"Words, thoughts, hoards (sic) of emotions spin a riot in my head," Maleia wrote. "How can I speak or know drops of thoughts when there's an ocean in my head? ... How can I fit into a world forcing feelings I don't have?"
Her writing reveals a thoughtful person full of hopes and joys, even though on the outside she appears to be cut off from others.
The Darlings had no idea how their dedication touched their daughter until recently because Maleia only utters occasional single words to indicate what she wants, her father says. And while she can say many words, she's not able to string them together verbally in sentences, he says.
Maleia recently wrote, "My mom is pretty and smart. She loves me the way I am. She loves me as much as she loves (brother) Jake. I'm surprised that she loves me when I'm a devil. I love her, too, and I'm so really happy that she's my mom."
Maleia also wrote a letter called "My Special Place" to her grandmother: "Roots of love, rays of happiness, torch of hope, these are the things that touch me when I am at Mimi's house. Mimi's house is truly peaceful She's always a fountain of love for me and filled with real hope that I am smart and really lovely." Kay Lamberti, Maleia's grandmother, said she cried when she read this letter.
Her parents are amazed how simple communication devices, such as portable electronic keyboards, have opened Maleia's world.
Knowing her preferences has allowed the Darlings to provide an enriching environment at home. Her bedroom has become a soothing retreat decorated in her favorite colors with soft lights. On a recent Sunday afternoon Bob Marley's rhythmically lilting reggae music filled the air as Maleia swung on a swing in her bedroom. Todd Darling explained Maleia puts on music and swings every day when she gets home from school to unwind from the daily stress. Autistic children need certain kinds of physical stimuli other children don't, according to Keri Darling. In the summer, she swims in their backyard pool.
Maleia's seemingly miraculous discovery of the written word has inspired her uncle, Randy Lamberti, to join with Sue LaGue of Berlin, a grandmother of an autistic child, to raise money help families like the Darlings purchase equipment for their loved ones.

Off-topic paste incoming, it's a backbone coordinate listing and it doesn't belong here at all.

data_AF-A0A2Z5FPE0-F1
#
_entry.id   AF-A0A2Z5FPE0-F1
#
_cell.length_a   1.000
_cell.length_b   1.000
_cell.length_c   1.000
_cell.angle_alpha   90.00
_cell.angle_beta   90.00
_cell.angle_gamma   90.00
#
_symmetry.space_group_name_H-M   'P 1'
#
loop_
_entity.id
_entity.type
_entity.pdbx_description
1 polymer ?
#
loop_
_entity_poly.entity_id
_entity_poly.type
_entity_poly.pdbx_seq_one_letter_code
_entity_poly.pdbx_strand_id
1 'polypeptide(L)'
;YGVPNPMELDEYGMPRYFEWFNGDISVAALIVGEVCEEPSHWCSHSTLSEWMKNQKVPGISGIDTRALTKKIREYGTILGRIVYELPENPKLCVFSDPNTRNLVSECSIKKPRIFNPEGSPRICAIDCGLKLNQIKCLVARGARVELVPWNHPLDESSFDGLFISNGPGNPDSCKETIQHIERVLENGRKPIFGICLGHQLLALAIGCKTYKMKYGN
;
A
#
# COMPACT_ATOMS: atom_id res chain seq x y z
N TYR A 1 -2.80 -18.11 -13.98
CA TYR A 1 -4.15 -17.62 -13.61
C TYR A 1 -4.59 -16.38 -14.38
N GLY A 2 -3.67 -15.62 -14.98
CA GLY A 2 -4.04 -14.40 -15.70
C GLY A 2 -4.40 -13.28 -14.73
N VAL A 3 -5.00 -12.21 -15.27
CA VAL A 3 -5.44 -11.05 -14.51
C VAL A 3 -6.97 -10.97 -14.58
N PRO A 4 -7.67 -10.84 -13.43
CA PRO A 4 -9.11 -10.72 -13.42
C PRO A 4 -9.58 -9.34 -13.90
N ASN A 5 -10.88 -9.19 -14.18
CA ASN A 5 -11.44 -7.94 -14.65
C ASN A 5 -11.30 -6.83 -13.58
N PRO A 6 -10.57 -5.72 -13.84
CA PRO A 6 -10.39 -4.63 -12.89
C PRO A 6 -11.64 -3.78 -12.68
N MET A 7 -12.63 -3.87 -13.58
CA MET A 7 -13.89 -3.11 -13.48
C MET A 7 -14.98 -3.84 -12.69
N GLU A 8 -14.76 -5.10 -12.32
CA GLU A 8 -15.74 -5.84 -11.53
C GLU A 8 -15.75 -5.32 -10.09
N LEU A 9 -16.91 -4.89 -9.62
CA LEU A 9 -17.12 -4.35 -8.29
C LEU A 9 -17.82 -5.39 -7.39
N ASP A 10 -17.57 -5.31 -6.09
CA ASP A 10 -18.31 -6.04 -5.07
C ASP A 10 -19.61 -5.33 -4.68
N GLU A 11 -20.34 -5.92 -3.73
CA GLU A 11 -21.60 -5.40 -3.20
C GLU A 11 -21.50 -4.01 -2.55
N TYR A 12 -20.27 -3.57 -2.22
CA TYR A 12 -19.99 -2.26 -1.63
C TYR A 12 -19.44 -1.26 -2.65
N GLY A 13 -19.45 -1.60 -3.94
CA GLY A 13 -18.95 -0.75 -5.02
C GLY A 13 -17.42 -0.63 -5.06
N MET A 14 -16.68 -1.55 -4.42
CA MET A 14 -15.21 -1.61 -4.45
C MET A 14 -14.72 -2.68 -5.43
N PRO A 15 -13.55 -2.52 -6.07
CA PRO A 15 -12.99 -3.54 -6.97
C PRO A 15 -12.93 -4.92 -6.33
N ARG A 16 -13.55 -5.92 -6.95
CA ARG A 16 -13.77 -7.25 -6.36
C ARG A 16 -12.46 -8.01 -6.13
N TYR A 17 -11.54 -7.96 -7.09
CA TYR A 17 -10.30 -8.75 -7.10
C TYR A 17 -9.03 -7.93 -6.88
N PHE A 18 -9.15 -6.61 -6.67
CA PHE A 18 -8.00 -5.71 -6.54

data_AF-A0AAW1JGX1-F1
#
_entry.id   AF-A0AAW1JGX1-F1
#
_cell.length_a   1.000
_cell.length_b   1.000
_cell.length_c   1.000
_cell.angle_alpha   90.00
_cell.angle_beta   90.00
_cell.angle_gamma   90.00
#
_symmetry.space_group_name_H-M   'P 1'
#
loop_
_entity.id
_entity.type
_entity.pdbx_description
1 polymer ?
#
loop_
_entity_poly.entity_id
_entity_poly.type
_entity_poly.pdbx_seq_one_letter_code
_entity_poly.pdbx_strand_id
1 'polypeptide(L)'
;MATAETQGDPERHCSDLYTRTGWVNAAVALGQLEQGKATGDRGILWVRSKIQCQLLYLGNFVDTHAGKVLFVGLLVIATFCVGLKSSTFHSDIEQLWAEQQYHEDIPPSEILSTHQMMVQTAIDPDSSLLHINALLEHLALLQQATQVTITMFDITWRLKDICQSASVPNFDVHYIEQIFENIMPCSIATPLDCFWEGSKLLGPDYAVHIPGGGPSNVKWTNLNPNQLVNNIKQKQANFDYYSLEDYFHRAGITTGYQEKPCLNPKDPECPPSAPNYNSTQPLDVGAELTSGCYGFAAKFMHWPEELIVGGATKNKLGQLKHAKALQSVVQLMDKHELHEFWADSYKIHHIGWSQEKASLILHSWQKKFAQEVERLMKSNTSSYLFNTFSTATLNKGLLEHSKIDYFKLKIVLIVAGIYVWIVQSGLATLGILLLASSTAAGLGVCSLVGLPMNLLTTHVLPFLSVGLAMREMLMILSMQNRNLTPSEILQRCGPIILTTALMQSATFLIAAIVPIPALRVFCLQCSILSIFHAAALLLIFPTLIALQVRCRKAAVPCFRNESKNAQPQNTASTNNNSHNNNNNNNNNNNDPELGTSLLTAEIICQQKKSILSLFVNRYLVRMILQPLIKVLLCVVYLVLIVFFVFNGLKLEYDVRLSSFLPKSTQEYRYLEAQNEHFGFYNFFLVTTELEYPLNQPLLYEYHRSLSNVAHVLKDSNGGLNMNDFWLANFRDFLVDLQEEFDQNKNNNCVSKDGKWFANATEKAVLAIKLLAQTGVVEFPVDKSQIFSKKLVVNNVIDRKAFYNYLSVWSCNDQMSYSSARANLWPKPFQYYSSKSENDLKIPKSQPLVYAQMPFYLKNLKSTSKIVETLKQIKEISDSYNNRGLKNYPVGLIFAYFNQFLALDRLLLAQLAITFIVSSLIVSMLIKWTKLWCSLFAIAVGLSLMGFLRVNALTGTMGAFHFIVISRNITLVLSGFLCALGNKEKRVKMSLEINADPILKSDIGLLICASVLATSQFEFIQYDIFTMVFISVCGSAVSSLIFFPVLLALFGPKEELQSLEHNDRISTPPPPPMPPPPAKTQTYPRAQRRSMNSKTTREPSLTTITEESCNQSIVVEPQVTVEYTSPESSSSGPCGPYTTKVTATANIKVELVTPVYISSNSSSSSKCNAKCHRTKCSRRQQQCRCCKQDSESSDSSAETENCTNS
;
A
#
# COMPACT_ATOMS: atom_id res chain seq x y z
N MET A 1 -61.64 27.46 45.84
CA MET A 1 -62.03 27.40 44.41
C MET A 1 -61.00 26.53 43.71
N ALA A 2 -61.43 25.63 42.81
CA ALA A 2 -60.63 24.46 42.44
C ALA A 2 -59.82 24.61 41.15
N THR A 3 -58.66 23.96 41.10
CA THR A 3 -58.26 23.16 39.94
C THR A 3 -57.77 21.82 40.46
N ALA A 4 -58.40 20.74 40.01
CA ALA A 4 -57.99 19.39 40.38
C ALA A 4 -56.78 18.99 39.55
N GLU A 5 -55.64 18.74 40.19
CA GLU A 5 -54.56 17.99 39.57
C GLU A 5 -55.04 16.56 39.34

"We wanted to do something to raise awareness," Lamberti said. "It is a disease that gets one in every 166 children."
Lamberti and LaGue formed the Autism Puzzle Foundation to serve people statewide in need of toys or devices to enrich their lives. They held a fund-raiser at the Barre Elks Club last April, which raised nearly $21,000. Of that, $10,000 was given to Cure Autism Now (www.cureautismnow.org), a research organization that is offering to pay for devices that can people with autism.
Families throughout Vermont are invited to contact the Vermont Assistive Technology program about the Autism Puzzle Foundation gifts of up to $500 for therapy swings, facilitated communication equipment and other alternative communication devices. Funds are also available for toys that help with sensory integration, fine motor skills, gross motor skills, tactile skills and cognition skills.
"We're trying to help Vermonters statewide," Lamberti said. "There's a huge need."
And now, thanks to help from family, teachers and others, Maleia can speak for herself about how important these devices are to those with autism.
"I want to tell people how much my life has changed with typing," Maleia wrote. "Typing is my voice and my right hand is my life. Before typing I had little way to tell people my needs and feelings."